Example of Using Dask-Jobqueue with SLURMCluster

Dask-jobqueue allows running jobs on the ZIH system inside the python code and scale computations over the jobs. Dask-jobqueue creates a Dask Scheduler in the Python process where the cluster object is instantiated. Please check the example of a definition of the cluster object for the partition alpha (queue at the dask terms) on the ZIH system:

from dask_jobqueue import SLURMCluster

cluster = SLURMCluster(queue='alpha',

These parameters above specify the characteristics of a single job or a single compute node, rather than the characteristics of your computation as a whole. It hasn’t actually launched any jobs yet. For the full computation, you will then ask for a number of jobs using the scale command, e.g : cluster.scale(2). Thus, you have to specify a SLURMCluster by dask_jobqueue, scale it and use it for your computations. There is an example:

from distributed import Client
from dask_jobqueue import SLURMCluster
from dask import delayed

cluster = SLURMCluster(queue='alpha',
  extra=['--resources gpu=1'])

cluster.scale(2)             #scale it to 2 workers!
client = Client(cluster)     #command will show you number of workers (python objects corresponds to jobs)

Please have a look at the extra parameter in the script above. This could be used to specify a special hardware availability that the scheduler is not aware of, for example, GPUs. Please don't forget to specify the name of your project.

The Python code for setting up Slurm clusters and scaling clusters can be run by the srun (but remember that using srun directly on the shell blocks the shell and launches an interactive job) or batch jobs or JupyterHub with loaded Dask (by module or by Python virtual environment).


The job to run original code (de facto an interface) with a setup should be simple and light. Please don't use a lot of resources for that.

The following example shows using Dask by dask-jobqueue with SLURMCluster and dask.array for the Monte-Carlo estimation of Pi.

Example of using SLURMCluster
#use of dask-jobqueue for the estimation of Pi by Monte-Carlo method

import time
from time import time, sleep
from dask.distributed import Client
from dask_jobqueue import SLURMCluster
import subprocess as sp

import dask.array as da
import numpy as np

#setting up the dashboard

uid = int( sp.check_output('id -u', shell=True).decode('utf-8').replace('\n','') )
portdash = 10001 + uid

#create a Slurm cluster, please specify your project

cluster = SLURMCluster(queue='alpha', cores=2, project='p_marie', memory="8GB", walltime="00:30:00", extra=['--resources gpu=1'], scheduler_options={"dashboard_address": f":{portdash}"})

#submit the job to the scheduler with the number of nodes (here 2) requested:


#wait for Slurm to allocate a resources


#check resources

client = Client(cluster)

#real calculations with a Monte Carlo method

def calc_pi_mc(size_in_bytes, chunksize_in_bytes=200e6):
  """Calculate PI using a Monte Carlo estimate."""

  size = int(size_in_bytes / 8)
  chunksize = int(chunksize_in_bytes / 8)

  xy = da.random.uniform(0, 1, size=(size / 2, 2), chunks=(chunksize / 2, 2))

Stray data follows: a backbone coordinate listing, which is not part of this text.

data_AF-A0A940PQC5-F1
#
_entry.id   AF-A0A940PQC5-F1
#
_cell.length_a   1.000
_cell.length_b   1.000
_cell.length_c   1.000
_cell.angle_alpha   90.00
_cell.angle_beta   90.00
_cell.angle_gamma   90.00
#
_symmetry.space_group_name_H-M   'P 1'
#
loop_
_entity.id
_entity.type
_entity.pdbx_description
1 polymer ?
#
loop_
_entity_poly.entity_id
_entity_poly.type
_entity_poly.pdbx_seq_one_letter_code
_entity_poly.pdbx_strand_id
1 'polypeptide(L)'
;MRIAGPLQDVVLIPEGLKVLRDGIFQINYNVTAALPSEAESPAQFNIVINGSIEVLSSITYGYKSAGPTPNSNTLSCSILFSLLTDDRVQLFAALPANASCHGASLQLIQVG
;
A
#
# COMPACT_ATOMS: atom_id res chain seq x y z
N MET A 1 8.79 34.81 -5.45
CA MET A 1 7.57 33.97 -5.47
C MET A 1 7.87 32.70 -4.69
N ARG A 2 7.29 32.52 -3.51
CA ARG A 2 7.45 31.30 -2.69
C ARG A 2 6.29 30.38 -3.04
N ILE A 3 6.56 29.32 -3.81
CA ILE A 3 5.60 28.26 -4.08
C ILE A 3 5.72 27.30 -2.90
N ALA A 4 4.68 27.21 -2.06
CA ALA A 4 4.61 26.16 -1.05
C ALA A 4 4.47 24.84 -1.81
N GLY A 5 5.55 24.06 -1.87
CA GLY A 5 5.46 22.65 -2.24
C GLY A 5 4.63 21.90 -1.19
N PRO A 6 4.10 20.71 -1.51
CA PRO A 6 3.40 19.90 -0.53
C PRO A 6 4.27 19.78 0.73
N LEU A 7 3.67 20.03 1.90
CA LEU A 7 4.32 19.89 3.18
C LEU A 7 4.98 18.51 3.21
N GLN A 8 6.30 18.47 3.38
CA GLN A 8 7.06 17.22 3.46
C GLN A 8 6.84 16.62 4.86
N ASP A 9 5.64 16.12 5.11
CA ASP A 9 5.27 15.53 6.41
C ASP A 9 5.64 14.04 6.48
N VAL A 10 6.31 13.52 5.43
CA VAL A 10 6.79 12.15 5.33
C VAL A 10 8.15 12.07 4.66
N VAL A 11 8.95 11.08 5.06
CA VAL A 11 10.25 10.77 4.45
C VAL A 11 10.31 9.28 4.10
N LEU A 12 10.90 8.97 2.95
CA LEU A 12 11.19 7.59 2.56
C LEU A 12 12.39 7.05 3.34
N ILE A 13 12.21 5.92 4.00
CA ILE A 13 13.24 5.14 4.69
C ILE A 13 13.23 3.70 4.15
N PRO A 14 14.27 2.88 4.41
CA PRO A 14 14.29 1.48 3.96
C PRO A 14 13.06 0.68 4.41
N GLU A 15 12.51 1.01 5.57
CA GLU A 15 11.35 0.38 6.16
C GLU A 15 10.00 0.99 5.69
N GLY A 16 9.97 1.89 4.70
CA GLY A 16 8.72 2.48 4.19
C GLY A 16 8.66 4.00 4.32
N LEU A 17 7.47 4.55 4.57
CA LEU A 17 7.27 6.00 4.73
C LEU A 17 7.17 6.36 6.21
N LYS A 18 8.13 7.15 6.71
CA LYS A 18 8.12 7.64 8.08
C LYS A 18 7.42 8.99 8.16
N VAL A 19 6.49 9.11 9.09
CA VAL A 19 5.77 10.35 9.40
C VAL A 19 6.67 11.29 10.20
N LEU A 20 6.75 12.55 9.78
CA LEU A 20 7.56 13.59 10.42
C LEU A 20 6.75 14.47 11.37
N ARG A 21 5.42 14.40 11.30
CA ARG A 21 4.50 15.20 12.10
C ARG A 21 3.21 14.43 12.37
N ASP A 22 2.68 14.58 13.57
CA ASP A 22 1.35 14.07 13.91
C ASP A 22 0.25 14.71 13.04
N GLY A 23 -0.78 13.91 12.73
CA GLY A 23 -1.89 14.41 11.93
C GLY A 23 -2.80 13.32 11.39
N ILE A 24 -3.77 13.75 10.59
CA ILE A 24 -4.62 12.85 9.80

in_circle = ((xy ** 2).sum(axis=-1) < 1)
  pi = 4 * in_circle.mean()

  return pi

def print_pi_stats(size, pi, time_delta, num_workers):
  """Print pi, calculate offset from true value, and print some stats."""
  print(f"{size / 1e9} GB\n"
        f"\tMC pi: {pi : 13.11f}"
        f"\tErr: {abs(pi - np.pi) : 10.3e}\n"
        f"\tWorkers: {num_workers}"
        f"\t\tTime: {time_delta : 7.3f}s")

#let's loop over different volumes of double-precision random numbers and estimate it

for size in (1e9 * n for n in (1, 10, 100)):

  start = time()
  pi = calc_pi_mc(size).compute()
  elaps = time() - start

  print_pi_stats(size, pi, time_delta=elaps, num_workers=len(cluster.scheduler.workers))

#Scaling the Cluster to twice its size and re-run the experiments

new_num_workers = 2 * len(cluster.scheduler.workers)

print(f"Scaling from {len(cluster.scheduler.workers)} to {new_num_workers} workers.")




#Re-run same experiments with doubled cluster

for size in (1e9 * n for n in (1, 10, 100)):

  start = time()
  pi = calc_pi_mc(size).compute()
  elaps = time() - start

  print_pi_stats(size, pi, time_delta=elaps, num_workers=len(cluster.scheduler.workers))

Please check the availability of resources that you want to allocate by the script for the example above. You can do it with sinfo command. The script doesn't work without available cluster resources.

Mpi4py - MPI for Python

Message Passing Interface (MPI) is a standardized and portable message-passing standard, designed to function on a wide variety of parallel computing architectures.

Mpi4py (MPI for Python) provides bindings of the MPI standard for the Python programming language, allowing any Python program to exploit multiple processors.

Mpi4py is based on MPI-2 C++ bindings. It supports almost all MPI calls. It supports communication of pickle-able Python objects. Mpi4py provides optimized communication of NumPy arrays.

Mpi4py is included in the SciPy-bundle modules on the ZIH system.

marie@compute$ module load SciPy-bundle/2020.11-foss-2020b
Module SciPy-bundle/2020.11-foss-2020b and 28 dependencies loaded.
marie@compute$ pip list
Package                       Version
----------------------------- ----------
mpi4py                        3.0.3

Other versions of the package can be found with:

marie@compute$ module spider mpi4py
        mpi4py/3.0.0 (E)
        mpi4py/3.0.2 (E)
        mpi4py/3.0.3 (E)

Names marked by a trailing (E) are extensions provided by another module.

  For detailed information about a specific "mpi4py" package (including how to load the modules), use the module's full name.
  Note that names that have a trailing (E) are extensions provided by other modules.
  For example:

     $ module spider mpi4py/3.0.3

Moreover, it is possible to install mpi4py in your local conda environment.

The example of mpi4py usage for the verification that mpi4py is running correctly can be found below:

from mpi4py import MPI
print("%d of %d" % (comm.Get_rank(), comm.Get_size()))

For the multi-node case, use a script similar to this:

#SBATCH --nodes=2
#SBATCH --partition=ml
#SBATCH --tasks-per-node=2
#SBATCH --cpus-per-task=1

module load modenv/ml
module load PythonAnaconda/3.6

eval "$(conda shell.bash hook)"
conda activate /home/marie/conda-virtual-environment/kernel2 && srun python    #specify name of your virtual environment

For the verification of the multi-node case, you can use the Python code from the previous part (with verification of the installation) as a test file.